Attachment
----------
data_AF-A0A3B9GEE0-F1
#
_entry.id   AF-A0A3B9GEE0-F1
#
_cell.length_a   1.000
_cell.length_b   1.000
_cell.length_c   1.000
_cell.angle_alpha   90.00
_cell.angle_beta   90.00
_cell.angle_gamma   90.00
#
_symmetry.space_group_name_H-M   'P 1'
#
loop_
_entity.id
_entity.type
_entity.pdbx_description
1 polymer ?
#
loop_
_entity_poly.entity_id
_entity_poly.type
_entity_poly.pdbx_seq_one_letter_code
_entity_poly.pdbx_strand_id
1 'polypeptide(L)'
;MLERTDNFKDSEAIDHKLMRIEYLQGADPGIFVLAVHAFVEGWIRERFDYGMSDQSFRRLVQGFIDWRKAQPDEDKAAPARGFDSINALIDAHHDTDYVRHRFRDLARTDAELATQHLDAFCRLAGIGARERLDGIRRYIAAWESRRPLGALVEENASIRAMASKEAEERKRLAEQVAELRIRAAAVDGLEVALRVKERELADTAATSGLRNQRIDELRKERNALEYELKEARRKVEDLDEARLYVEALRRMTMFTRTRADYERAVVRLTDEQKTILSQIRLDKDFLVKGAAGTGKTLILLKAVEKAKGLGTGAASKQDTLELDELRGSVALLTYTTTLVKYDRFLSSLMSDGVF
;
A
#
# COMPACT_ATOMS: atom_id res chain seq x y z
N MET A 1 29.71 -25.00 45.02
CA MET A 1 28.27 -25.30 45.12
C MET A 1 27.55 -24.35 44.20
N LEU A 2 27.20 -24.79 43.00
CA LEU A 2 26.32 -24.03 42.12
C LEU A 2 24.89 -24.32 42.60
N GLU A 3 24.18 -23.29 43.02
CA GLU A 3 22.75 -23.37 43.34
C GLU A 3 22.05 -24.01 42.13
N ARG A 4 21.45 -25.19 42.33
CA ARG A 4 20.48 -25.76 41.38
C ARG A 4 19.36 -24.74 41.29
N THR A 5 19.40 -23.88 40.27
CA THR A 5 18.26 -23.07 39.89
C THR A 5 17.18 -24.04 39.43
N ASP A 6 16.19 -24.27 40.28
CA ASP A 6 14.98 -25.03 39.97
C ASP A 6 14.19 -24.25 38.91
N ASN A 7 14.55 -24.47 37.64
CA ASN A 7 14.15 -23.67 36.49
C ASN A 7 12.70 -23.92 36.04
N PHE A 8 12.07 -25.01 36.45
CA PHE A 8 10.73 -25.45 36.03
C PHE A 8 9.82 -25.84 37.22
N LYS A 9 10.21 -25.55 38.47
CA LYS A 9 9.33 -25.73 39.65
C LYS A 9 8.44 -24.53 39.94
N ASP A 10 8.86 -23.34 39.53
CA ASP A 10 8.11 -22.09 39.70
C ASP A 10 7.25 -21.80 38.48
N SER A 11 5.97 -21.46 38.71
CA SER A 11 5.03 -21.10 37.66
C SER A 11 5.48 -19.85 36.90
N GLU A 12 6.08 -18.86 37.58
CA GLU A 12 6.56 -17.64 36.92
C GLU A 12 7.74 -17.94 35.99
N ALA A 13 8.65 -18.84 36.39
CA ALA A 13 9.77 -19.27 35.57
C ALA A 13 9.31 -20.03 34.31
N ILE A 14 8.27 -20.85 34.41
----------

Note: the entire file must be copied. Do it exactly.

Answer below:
data_AF-A0A3B9GEE0-F1
#
_entry.id   AF-A0A3B9GEE0-F1
#
_cell.length_a   1.000
_cell.length_b   1.000
_cell.length_c   1.000
_cell.angle_alpha   90.00
_cell.angle_beta   90.00
_cell.angle_gamma   90.00
#
_symmetry.space_group_name_H-M   'P 1'
#
loop_
_entity.id
_entity.type
_entity.pdbx_description
1 polymer ?
#
loop_
_entity_poly.entity_id
_entity_poly.type
_entity_poly.pdbx_seq_one_letter_code
_entity_poly.pdbx_strand_id
1 'polypeptide(L)'
;MLERTDNFKDSEAIDHKLMRIEYLQGADPGIFVLAVHAFVEGWIRERFDYGMSDQSFRRLVQGFIDWRKAQPDEDKAAPARGFDSINALIDAHHDTDYVRHRFRDLARTDAELATQHLDAFCRLAGIGARERLDGIRRYIAAWESRRPLGALVEENASIRAMASKEAEERKRLAEQVAELRIRAAAVDGLEVALRVKERELADTAATSGLRNQRIDELRKERNALEYELKEARRKVEDLDEARLYVEALRRMTMFTRTRADYERAVVRLTDEQKTILSQIRLDKDFLVKGAAGTGKTLILLKAVEKAKGLGTGAASKQDTLELDELRGSVALLTYTTTLVKYDRFLSSLMSDGVF
;
A
#
# COMPACT_ATOMS: atom_id res chain seq x y z
N MET A 1 29.71 -25.00 45.02
CA MET A 1 28.27 -25.30 45.12
C MET A 1 27.55 -24.35 44.20
N LEU A 2 27.20 -24.79 43.00
CA LEU A 2 26.32 -24.03 42.12
C LEU A 2 24.89 -24.32 42.60
N GLU A 3 24.18 -23.29 43.02
CA GLU A 3 22.75 -23.37 43.34
C GLU A 3 22.05 -24.01 42.13
N ARG A 4 21.45 -25.19 42.33
CA ARG A 4 20.48 -25.76 41.38
C ARG A 4 19.36 -24.74 41.29
N THR A 5 19.40 -23.88 40.27
CA THR A 5 18.26 -23.07 39.89
C THR A 5 17.18 -24.04 39.43
N ASP A 6 16.19 -24.27 40.28
CA ASP A 6 14.98 -25.03 39.97
C ASP A 6 14.19 -24.25 38.91
N ASN A 7 14.55 -24.47 37.64
CA ASN A 7 14.15 -23.67 36.49
C ASN A 7 12.70 -23.92 36.04
N PHE A 8 12.07 -25.01 36.45
CA PHE A 8 10.73 -25.45 36.03
C PHE A 8 9.82 -25.84 37.22
N LYS A 9 10.21 -25.55 38.47
CA LYS A 9 9.33 -25.73 39.65
C LYS A 9 8.44 -24.53 39.94
N ASP A 10 8.86 -23.34 39.53
CA ASP A 10 8.11 -22.09 39.70
C ASP A 10 7.25 -21.80 38.48
N SER A 11 5.97 -21.46 38.71
CA SER A 11 5.03 -21.10 37.66
C SER A 11 5.48 -19.85 36.90
N GLU A 12 6.08 -18.86 37.58
CA GLU A 12 6.56 -17.64 36.92
C GLU A 12 7.74 -17.94 35.99
N ALA A 13 8.65 -18.84 36.39
CA ALA A 13 9.77 -19.27 35.57
C ALA A 13 9.31 -20.03 34.31
N ILE A 14 8.27 -20.85 34.41